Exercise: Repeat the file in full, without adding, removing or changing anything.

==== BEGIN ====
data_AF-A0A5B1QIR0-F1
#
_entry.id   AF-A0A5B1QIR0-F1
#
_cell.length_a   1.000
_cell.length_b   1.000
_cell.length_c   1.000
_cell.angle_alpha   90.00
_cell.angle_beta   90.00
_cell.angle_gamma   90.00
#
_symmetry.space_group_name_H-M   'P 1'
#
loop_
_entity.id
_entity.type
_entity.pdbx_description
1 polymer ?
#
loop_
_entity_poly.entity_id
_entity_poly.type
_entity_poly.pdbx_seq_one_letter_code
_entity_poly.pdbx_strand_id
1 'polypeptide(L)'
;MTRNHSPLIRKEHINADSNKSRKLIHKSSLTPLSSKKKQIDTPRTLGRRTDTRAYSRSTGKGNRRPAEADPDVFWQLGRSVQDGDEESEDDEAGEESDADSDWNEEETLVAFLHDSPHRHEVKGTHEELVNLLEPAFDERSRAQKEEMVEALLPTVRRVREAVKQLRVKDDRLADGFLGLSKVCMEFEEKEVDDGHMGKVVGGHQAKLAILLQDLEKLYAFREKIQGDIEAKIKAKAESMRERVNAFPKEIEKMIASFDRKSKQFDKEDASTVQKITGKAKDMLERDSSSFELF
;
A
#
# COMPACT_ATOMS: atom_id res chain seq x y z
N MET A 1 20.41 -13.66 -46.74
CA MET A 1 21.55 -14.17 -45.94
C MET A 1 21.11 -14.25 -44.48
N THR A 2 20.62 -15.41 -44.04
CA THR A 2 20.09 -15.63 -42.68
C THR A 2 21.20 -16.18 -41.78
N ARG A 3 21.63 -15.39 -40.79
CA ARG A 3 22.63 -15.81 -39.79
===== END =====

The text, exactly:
data_AF-A0A5B1QIR0-F1
#
_entry.id   AF-A0A5B1QIR0-F1
#
_cell.length_a   1.000
_cell.length_b   1.000
_cell.length_c   1.000
_cell.angle_alpha   90.00
_cell.angle_beta   90.00
_cell.angle_gamma   90.00
#
_symmetry.space_group_name_H-M   'P 1'
#
loop_
_entity.id
_entity.type
_entity.pdbx_description
1 polymer ?
#
loop_
_entity_poly.entity_id
_entity_poly.type
_entity_poly.pdbx_seq_one_letter_code
_entity_poly.pdbx_strand_id
1 'polypeptide(L)'
;MTRNHSPLIRKEHINADSNKSRKLIHKSSLTPLSSKKKQIDTPRTLGRRTDTRAYSRSTGKGNRRPAEADPDVFWQLGRSVQDGDEESEDDEAGEESDADSDWNEEETLVAFLHDSPHRHEVKGTHEELVNLLEPAFDERSRAQKEEMVEALLPTVRRVREAVKQLRVKDDRLADGFLGLSKVCMEFEEKEVDDGHMGKVVGGHQAKLAILLQDLEKLYAFREKIQGDIEAKIKAKAESMRERVNAFPKEIEKMIASFDRKSKQFDKEDASTVQKITGKAKDMLERDSSSFELF
;
A
#
# COMPACT_ATOMS: atom_id res chain seq x y z
N MET A 1 20.41 -13.66 -46.74
CA MET A 1 21.55 -14.17 -45.94
C MET A 1 21.11 -14.25 -44.48
N THR A 2 20.62 -15.41 -44.04
CA THR A 2 20.09 -15.63 -42.68
C THR A 2 21.20 -16.18 -41.78
N ARG A 3 21.63 -15.39 -40.79
CA ARG A 3 22.63 -15.81 -39.79